Nature of Cumbria Project


Ancient woodland, Borrowdale, Cumbria. Photo: E. R. Wilson 2012.


Public Talks on the Nature and Natural History of our Region

The NATURE of CUMBRIA Project is an important community outreach initiative supported and curated by Silviculture Research international. Inaugurated in 2012, the initial focus of the project was to organise short series of illustrated talks on nature, conservation and natural history in Cumbria. Each series had a central theme and was aimed at a general audience. Talks were held at different venues around Cumbria, often during lunch-times or in the afternoon, so that we could encourage the widest audience participation. The speakers were professional conservationists, natural resource specialists, scientists and naturalists with expert knowledge of their topic. They were all committed to outreach in the community, knowledge sharing, and enthusiastic about presenting their ideas and experiences. Most of the speakers were able to volunteer their time to the project, so that costs could be kept to a minimum and everyone was able to attend.

The series were as follows:

  • Series 1. Trees and Woods in Our Landscape: past, present and future (NoC1) (Spring 2012). This series celebrated and explored the remarkable trees and woods of Cumbria. We talked about ancient yews, oaks and ash trees, traditional woodland crafts and our relationship with wood as a resource, and the future of trees in the Cumbrian landscape.
  • Series 2. Ancient Ash Trees and their Future in Cumbria (NoC2) (Autumn/Winter 2012-13). This series was launched in November 2012 and is now continuing in response to widespread concern about the threat of ash dieback disease (Chalara fraxinea) to the many rare and valuable populations of ancient ash trees in Cumbria. See the Forthcoming Events page for the latest information on this series.
  • Series 3. Cumbria’s Iconic Wildlife (NoC3) (April 2013). This series was delivered at Penrith Public Library, on Monday lunch-times throughout April 2013. Speakers included: Nathan Fox, talking about ospreys in Cumbria; Joanne Backshall, on native crayfish; Emma Tapp, talking about red squirrel conservation; Steve Hewitt, on the otters of Eden valley. The series was curated by Ted Wilson.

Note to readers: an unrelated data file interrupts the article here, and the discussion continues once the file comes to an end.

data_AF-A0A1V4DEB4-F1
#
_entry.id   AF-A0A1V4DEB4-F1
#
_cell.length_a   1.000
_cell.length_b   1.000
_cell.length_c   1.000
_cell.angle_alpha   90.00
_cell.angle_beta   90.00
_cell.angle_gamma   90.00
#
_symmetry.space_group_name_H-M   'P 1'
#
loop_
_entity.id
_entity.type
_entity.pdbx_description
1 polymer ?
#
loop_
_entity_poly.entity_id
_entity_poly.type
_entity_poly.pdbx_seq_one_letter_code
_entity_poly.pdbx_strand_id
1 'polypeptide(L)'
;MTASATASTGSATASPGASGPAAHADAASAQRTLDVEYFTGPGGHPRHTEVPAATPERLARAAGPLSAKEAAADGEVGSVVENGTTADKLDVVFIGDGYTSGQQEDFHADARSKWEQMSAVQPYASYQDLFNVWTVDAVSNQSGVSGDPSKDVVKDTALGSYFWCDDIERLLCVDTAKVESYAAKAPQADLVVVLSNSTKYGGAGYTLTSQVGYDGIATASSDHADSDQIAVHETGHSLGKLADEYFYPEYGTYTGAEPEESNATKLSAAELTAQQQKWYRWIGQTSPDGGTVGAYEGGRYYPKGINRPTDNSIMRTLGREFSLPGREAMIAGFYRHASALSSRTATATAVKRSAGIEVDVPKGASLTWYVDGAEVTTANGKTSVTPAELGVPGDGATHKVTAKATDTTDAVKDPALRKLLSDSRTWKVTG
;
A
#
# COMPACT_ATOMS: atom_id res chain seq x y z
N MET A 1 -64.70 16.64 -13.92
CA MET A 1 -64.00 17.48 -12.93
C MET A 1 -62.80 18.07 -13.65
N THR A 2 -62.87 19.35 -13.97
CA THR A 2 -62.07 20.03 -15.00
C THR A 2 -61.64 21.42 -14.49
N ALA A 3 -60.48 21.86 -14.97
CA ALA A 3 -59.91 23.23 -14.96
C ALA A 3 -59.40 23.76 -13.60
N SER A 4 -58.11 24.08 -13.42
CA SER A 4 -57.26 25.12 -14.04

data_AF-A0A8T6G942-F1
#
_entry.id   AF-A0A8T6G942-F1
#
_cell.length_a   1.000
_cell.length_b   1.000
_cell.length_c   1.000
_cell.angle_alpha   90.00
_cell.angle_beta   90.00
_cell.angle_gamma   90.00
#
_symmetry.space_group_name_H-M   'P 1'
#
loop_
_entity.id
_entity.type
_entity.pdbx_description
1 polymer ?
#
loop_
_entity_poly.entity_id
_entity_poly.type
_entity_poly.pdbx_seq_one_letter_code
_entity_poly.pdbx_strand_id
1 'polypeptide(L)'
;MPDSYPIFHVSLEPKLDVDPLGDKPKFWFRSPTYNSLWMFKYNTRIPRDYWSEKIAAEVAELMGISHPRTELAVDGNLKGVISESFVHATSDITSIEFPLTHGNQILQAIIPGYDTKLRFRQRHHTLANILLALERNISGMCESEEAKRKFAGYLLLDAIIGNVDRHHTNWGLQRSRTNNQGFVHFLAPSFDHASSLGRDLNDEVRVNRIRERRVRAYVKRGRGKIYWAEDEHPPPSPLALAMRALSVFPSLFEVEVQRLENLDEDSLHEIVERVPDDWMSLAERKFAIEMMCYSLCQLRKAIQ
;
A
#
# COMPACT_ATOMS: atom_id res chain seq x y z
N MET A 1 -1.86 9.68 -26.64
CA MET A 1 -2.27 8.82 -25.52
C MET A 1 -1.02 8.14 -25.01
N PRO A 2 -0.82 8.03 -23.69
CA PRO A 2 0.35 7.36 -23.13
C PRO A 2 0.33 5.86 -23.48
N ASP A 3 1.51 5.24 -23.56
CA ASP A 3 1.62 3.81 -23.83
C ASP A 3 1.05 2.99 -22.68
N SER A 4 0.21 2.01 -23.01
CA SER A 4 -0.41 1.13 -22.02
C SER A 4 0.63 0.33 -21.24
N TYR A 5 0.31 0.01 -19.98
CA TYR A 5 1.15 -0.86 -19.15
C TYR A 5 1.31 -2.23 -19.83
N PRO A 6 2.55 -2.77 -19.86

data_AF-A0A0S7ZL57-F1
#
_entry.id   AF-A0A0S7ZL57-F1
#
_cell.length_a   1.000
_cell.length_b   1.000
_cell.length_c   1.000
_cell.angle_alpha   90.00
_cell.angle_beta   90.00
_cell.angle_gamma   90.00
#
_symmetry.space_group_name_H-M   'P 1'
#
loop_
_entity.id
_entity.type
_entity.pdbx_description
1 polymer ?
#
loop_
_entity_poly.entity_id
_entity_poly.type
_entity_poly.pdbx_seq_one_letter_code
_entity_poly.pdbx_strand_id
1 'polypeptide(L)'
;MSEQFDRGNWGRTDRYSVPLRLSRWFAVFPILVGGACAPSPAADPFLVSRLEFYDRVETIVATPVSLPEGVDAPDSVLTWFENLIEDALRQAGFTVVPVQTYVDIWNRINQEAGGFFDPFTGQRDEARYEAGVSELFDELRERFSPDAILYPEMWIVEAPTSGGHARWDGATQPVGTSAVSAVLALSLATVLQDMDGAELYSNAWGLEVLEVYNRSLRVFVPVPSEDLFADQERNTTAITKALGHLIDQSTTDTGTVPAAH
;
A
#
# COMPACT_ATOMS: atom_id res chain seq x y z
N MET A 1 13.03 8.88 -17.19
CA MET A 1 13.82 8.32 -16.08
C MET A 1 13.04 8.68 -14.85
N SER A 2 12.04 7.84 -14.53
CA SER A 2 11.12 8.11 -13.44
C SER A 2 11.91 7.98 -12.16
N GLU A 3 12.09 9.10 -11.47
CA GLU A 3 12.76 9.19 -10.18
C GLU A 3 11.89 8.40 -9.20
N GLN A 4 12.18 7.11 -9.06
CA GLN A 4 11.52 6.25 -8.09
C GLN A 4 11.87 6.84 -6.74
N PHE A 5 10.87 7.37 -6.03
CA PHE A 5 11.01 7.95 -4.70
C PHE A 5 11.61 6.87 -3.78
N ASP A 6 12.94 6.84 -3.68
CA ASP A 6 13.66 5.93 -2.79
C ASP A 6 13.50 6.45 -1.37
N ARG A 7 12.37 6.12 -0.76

• Series 4. More Trees in Cumbria (NoC4) (November – December 2013). This series continued with our exploration of Cumbria’s unique woodland heritage with further discoveries and insights to more of the special trees in our midst. 

Since 2014, the NATURE of CUMBRIA project adopted a less formal model. Talks continue to be presented on natural history themes, with a distinct focus on trees, forests, forest conservation and forest health. However, rather than a themed series of talks at one venue, individual events are integrated with the lecture series of hosting organisations. This enables the messages about the NATURE of CUMBRIA to be delivered throughout the county and to the most diverse audiences. In recent years, NATURE of CUMBRIA talks have been presented with the Cumbria Wildlife Trust, U3A, local natural history societies, colleges/universities, and other organisations across the county. A listing of past presentations and events can be found on the Public Talks page, here


Cork oak (Quercus suber), Gosforth, Cumbria. Photo: E. R. Wilson 2015.


The Nature of Cumbria Project is most grateful for logistic and financial support from the following organisations:

Future NATURE of CUMBRIA Talks

We are always looking for new themes, venues and speakers to develop the NATURE of CUMBRIA Project, and bring excellent talks to more communities across the county. If you have any ideas or suggestions, please get in touch. Full details are on the Contact page.

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